43 22-43 Table 22.5 Important Minerals of Iron Mineral TypeMineral, Formula OxideHematite, Fe 2 O 3 Magnetite, Fe 3 O 4 Ilmenite, FeTiO 3 CarbonateSiderite, FeCO 3 SulfidePyrite, FeS 2 Pyrrhotite, FeS

44 22-44 Figure 22.17The major reactions in a blast furnace.

45 22-45 Figure 22.18The basic-oxygen process for making steel. Copyright © The McGraw-Hill Companies, Inc. Permission required for reproduction or display.

46 22-46 Isolation of Copper The most common copper ore is chalcopyrite, a mixed ore of CuFeS 2, which contains 0.5% Cu by mass. Flotation of the ore removes some of the iron, enriching the mass % of Cu. Roasting oxidizes the FeS to FeO but leaves the CuS unreacted. –2FeCuS 2 (s) + 3O 2 (g) → 2CuS(s) + 2FeO(s) + 2SO 2 (g) Heating in sand converts FeO to FeSiO 3, a molten slag. –FeO(s) + SiO 2 (g) → FeSiO 3 (l) –CuS → Cu 2 S at this high temperature.

47 22-47 Isolation of Copper The final smelting step converts some Cu 2 S to Cu 2 O by roasting in air. Cu 2 S and Cu 2 O react: –2Cu 2 S(s) + 3O 2 (g) →2Cu 2 O(s) + 2SO 2 (g) –Cu 2 S(s) + 2Cu 2 O(s) → 6Cu(l) + SO 2 (g)

48 22-48 Mining chalcopyrite.

49 22-49 Figure 22.19The electrorefining of copper. Copper for wiring needs to be 99.99% pure. This is achieved by electrorefining. The impure Cu is used as a series of anodes, and the cathodes are made from purified Cu. An acidic solution of CuSO 4 serves as the electrolyte. Copyright © The McGraw-Hill Companies, Inc. Permission required for reproduction or display.

50 22-50 Isolation of Aluminum Al is the most abundant metal in the Earth’s crust. –The major ore of Al is bauxite, which contains Al 2 O 3. The Bayer process is the pretreatment of bauxite by boiling with NaOH. –Al 2 O 3 and SiO 2 are amphoteric and dissolve in the base, while Fe 2 O 3 and TiO 2 do not. –The silicate is precipitated by heating, and the filtrate acidified to precipitate Al 3+ as Al(OH) 3. –Drying at high temperature converts this to Al 2 O 3. Al 2 O 3 is converted to the free metal by the Hall-Heroult electrolytic process.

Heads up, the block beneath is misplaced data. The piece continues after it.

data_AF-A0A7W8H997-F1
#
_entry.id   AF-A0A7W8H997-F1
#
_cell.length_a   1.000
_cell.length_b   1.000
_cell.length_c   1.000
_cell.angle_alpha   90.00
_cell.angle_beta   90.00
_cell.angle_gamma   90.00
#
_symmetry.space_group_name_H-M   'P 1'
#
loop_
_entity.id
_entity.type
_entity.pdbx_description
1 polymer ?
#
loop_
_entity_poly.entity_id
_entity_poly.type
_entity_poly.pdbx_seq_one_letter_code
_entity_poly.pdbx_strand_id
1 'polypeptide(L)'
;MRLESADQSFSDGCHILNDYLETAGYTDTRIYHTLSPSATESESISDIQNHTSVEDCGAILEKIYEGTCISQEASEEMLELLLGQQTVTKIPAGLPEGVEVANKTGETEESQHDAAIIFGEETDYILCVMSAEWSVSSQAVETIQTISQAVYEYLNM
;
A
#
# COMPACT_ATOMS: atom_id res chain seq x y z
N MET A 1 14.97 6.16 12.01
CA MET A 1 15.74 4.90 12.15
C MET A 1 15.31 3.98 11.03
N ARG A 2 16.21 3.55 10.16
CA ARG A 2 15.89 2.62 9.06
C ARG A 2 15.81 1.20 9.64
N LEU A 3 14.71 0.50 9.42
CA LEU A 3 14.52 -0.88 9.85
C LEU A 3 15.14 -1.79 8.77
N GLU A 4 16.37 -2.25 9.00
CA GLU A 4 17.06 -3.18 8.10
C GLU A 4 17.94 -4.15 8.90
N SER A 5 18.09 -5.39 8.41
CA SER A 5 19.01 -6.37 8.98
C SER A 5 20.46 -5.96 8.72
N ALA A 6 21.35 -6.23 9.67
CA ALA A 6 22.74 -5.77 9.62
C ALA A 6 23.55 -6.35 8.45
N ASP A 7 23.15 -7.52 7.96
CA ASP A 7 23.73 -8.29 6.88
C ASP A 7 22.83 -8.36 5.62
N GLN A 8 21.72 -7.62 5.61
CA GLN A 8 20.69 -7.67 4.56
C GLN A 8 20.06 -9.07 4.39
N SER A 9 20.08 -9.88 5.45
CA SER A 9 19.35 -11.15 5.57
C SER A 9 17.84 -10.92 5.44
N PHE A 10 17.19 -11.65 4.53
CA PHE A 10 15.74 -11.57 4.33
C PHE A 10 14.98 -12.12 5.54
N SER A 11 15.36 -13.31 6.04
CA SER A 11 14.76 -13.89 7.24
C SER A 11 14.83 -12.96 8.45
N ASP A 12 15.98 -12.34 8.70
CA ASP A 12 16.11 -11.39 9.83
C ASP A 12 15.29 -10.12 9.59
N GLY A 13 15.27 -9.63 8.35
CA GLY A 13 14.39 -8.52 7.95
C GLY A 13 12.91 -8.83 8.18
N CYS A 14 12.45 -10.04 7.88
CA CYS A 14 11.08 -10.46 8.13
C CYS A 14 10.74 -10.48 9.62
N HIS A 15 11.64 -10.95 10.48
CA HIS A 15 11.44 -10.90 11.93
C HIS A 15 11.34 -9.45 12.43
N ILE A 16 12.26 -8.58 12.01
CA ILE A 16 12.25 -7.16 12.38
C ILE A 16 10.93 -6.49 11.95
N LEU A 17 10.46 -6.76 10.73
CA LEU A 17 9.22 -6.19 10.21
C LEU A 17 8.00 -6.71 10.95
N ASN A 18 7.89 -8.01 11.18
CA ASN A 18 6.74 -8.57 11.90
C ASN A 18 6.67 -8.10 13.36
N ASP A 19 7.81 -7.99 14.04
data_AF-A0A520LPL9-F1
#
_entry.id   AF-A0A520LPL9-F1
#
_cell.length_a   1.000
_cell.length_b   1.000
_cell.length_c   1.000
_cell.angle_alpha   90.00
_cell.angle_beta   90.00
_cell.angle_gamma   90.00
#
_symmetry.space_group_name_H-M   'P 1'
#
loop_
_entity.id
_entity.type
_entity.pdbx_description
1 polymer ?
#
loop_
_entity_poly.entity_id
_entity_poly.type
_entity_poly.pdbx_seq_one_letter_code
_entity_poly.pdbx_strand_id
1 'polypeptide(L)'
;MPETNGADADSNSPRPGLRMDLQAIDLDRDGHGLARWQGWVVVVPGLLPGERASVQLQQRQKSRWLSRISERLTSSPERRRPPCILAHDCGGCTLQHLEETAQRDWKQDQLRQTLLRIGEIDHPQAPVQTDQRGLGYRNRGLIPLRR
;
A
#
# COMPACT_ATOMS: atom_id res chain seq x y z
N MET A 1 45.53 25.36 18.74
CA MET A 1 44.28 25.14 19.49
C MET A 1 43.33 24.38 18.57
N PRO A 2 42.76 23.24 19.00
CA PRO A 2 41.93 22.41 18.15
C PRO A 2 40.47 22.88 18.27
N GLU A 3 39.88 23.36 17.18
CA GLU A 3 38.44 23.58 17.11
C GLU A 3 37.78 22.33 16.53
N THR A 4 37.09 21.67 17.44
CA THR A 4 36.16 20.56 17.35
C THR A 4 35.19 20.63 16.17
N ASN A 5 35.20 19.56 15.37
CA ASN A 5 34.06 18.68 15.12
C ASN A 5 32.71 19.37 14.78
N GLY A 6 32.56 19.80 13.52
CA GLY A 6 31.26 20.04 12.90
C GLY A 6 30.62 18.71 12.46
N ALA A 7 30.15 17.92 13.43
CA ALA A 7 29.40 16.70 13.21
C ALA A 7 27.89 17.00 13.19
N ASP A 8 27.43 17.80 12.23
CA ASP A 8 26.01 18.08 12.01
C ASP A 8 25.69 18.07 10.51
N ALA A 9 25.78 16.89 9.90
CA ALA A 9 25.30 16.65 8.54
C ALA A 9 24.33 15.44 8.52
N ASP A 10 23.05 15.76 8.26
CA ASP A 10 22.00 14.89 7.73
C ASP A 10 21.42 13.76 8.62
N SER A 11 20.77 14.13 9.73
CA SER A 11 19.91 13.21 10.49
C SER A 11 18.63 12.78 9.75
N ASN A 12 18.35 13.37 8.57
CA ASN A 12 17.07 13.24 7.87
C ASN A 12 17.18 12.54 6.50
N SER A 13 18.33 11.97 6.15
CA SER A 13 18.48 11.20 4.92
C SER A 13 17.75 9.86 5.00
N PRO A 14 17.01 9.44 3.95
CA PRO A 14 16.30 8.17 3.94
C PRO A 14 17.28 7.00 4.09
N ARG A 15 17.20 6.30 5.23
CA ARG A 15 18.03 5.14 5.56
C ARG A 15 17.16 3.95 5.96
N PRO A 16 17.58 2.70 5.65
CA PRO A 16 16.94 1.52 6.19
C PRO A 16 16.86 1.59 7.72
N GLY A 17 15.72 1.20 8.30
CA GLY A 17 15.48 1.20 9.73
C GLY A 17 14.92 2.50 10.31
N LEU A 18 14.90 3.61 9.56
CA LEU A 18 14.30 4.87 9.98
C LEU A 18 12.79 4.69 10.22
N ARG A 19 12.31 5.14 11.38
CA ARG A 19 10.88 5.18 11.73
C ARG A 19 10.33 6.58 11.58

51 22-51 Mining bauxite.

52 22-52 Figure 22.20The electrolytic cell in the manufacture of aluminum.

53 22-53 Figure 22.21The many familiar and essential uses of aluminum. Although Al is a very active metal, it does not corrode readily because when Al 2 O 3 forms on the metal surface it adheres to the metal and prevents more O 2 from penetrating. Al can be anodized to form a thicker protective oxide layer.

54 22-54 Isolation of Magnesium Magnesium is readily obtained from sea water, although it is also abundant on land. The Dow process is used to isolate Mg. –Ca(OH) 2 is generated from crushed seashells, then added to the seawater. –Ca(OH) 2 (aq) + Mg 2+ (aq) → Mg(OH) 2 (aq) + Ca 2+ (aq) –Mg(OH) 2 (s) + 2HCl(aq) → MgCl 2 (aq) + 2H 2 O(l) –Heating evaporates the water to give hydrated MgCl 2 ·nH 2 O(s). –The solid is heated and melted, and electrolysis is used to convert the MgCl 2 to molten Mg and Cl 2 (g).

55 22-55 Figure 22.22The Dow process for isolation of elemental Mg from seawater.

56 22-56 Sources of Hydrogen Very pure H 2 is prepared through electrolysis of water with Pt (or Ni) electrodes: 2H 2 O(l) + 2e - → H 2 (g) + 2OH - (aq) E = V [cathode; reduction] H 2 O(l) → ½O 2 (g) + 2H + (aq) + 2e - E = 0.82 V [anode; oxidation] H 2 O(l) → H 2 (g) + ½O 2 (g) E = V H 2 can also be produced by thermal methods. The most common of these use H 2 O and a simple alkane like CH 4. H 2 O(g) + CH 4 (g) → CO(g) + 3H 2 (g)  H° = 206 kJ H 2 O(g) + CO(g) CO 2 (g) + H 2 (g)  H° = -41 kJ This second reaction, called the water-gas shift reaction, is carried out using an iron or cobalt oxide catalyst and high temperatures.

57 22-57 Uses of Hydrogen Ammonia is synthesized using N 2 and H 2. H 2 is used in the hydrogenation of C=C double bonds in liquid oils to form C-C bonds in solid fats and margarine. –Partially hydrogenated vegetable fats and oils are present in a wide variety of foods. H 2 is essential in the manufacture of “bulk” chemicals, those produced in large amounts. –Methanol, used as a gasoline additive, is produced by the reaction of CO(g) and H 2 (g) over a copper-zinc catalyst. Cu-ZnO catalyst CO(g) + 2H 2 (g) CH 3 OH(l)